US President Barack Obama appealed directly on Thursday to the Israeli people to put themselves in the shoes of stateless Palestinians and recognise that Jewish settlement activity in occupied territory hurts prospects for peace.
In a showcase speech in Jerusalem to Israeli university students, Obama coupled his plea with an acknowledgement of the Jewish state's security concerns in a region destabilised by the West's nuclear standoff with Iran and civil war in Syria.
But he urged Israel's younger generation to demand that their politicians take risks for peace in an address interrupted frequently by applause, including a standing ovation for the president during a brief outburst by a heckler.
"You must create the change that you want to see," he told his youthful audience.
Obama, on his first official visit to Israel and the occupied West Bank, said only peace could bring true security, but he did not offer any new ideas on how to revive Israeli-Palestinian peace negotiations, stalled since 2010.
"Given the demographics west of the Jordan River, the only way for Israel to endure and thrive as a Jewish and democratic state is through the realisation of an independent and viable Palestine," he said.
It was a clear warning that Israel's continued hold over the West Bank, territory captured along with the Gaza Strip and East Jerusalem in the 1967 Middle East war, would ultimately lead to an Arab majority in land controlled by the Jewish state.
"Israelis must recognise that continued settlement activity is counterproductive to the cause of peace, and that an independent Palestine must be viable, that real borders will have to be drawn," Obama said, stopping short of calling for a construction freeze.
"Put yourself in their (Palestinians') shoes. Look at the world through their eyes," he said. "It is not fair that a Palestinian child cannot grow up in a state of her own, and lives with the presence of a foreign army that controls the movements of her parents every single day."
Obama has received an effusive welcome in Israel since his arrival on Wednesday, hoping to reset his often troubled relationship with Israeli Prime Minister Benjamin Netanyahu.
"America will do what we must to prevent a nuclear Iran," he told his enthusiastic audience, reinforcing a main theme of his visit to Israel and adding that Washington and its allies still thought there was time for a diplomatic solution.
Sprinkling in Hebrew words meaning "you are not alone", Obama said: "Today, I want to tell you - particularly the young people - that so long as there is a United States of America, 'ahtem lo levad'."
In a brief statement after Obama's speech, Netanyahu thanked him for "his unconditional support for the state of Israel" and said he shared the president's view that peace, ensuring Israelis' security, should be sought.
Obama has faced the tough task of winning over sceptical Israelis after he bypassed their country in 2009 when visiting Egypt and offered a "new beginning" to the Muslim world in a speech at Cairo University.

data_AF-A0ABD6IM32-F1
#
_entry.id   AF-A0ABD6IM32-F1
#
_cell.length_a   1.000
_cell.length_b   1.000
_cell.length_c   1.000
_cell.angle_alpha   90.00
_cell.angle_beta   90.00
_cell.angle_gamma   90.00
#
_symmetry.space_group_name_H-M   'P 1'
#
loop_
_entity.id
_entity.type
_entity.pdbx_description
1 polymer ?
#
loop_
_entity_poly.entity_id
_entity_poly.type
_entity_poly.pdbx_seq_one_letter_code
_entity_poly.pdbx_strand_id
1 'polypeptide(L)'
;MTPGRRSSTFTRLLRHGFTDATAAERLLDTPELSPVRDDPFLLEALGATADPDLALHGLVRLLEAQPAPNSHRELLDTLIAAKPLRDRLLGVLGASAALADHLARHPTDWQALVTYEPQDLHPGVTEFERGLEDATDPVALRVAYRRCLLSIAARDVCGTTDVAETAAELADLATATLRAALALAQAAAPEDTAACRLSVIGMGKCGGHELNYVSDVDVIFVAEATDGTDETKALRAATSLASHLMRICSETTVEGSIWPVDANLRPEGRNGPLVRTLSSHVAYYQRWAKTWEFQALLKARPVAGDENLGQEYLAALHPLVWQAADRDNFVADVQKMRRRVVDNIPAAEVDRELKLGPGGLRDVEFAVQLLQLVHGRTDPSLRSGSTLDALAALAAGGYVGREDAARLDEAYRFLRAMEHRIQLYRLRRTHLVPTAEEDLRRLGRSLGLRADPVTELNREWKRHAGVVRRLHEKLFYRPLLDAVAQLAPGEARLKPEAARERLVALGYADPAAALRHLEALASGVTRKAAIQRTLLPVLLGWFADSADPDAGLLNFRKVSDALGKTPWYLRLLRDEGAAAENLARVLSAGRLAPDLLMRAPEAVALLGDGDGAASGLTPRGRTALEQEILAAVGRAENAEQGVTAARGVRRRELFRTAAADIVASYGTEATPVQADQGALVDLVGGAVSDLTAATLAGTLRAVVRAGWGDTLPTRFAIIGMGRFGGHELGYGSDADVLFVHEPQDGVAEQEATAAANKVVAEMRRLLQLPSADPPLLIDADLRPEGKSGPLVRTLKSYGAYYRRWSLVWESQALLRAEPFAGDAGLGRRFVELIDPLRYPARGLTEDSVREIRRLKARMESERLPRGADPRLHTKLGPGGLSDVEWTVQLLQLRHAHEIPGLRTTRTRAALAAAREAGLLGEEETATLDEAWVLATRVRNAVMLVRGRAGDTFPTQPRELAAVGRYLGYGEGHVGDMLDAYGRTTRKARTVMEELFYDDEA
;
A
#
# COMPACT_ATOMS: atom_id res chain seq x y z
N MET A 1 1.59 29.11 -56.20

Four years on, students at the school said Obama had not lived up to his promises.
"I don't see any change in American policy toward the Middle East since Obama's speech," said Mayada Mohammad Yousef, 19. "This is because Obama promised the implementation of a two-state solution and to stop settlements ... and he has not achieved any of this."
West Bank visit
The mood was also tinged with disappointment in the West Bank city of Ramallah, which Obama visited before his Jerusalem speech. Meeting Palestinian President Mahmoud Abbas for three hours, Obama pressed the Western-backed leader to drop his demand for a settlement freeze before peace talks can resume.
The core issue now, Obama said at a news conference with Abbas, was how to achieve sovereignty for Palestinians and security for Israelis.
"That's not to say settlements are important. That's to say if we solve those problems, the settlement issue will be resolved," Obama said.
About 500,000 Israelis live in the West Bank and East Jerusalem, home to 2.5 million Palestinians. Most countries regard Israel's settlements as illegal. Israel cites historical and Biblical roots to the West Bank and Jerusalem.
In Ramallah, about 150 Palestinian demonstrators protested against Obama's visit. Held back by ranks of police from nearing Abbas's compound, they raised their hands to wave away the helicopter that brought Obama to the city.
"We want RPGs (rocket-propelled grenades), not collaboration with the CIA," they shouted.
Obama, embarking on a second and final four-year term in the White House, has made clear he is not bringing any new peace initiatives and has instead has come to Israel and the Palestinian Territories on a "listening" tour.
But he said his new secretary of state, John Kerry, would spend a significant amount of time and energy trying to narrow differences between the two sides as the United States seeks to move them back to the negotiating table.
A US official said Kerry would return to Israel for talks after accompanying Obama to Jordan on Friday and Saturday.
As a reminder of the ever-present risks in the region, Iranian state television quoted Supreme Leader Ayatollah Ali Khamenei as saying Tehran would raze Tel Aviv and the city of Haifa if Israel carried out veiled threats to attack Iran.
And Palestinians in the Gaza Strip fired two rockets into Sderot, a southern Israeli town that Obama visited when running for president in 2008. Police said no one was hurt.
A small Islamist militant group, Magles Shoura al-Mujahddin, claimed responsibility. Obama is not going to visit Gaza, which is controlled by the Islamist group Hamas, a rival to Abbas, who condemned the attack.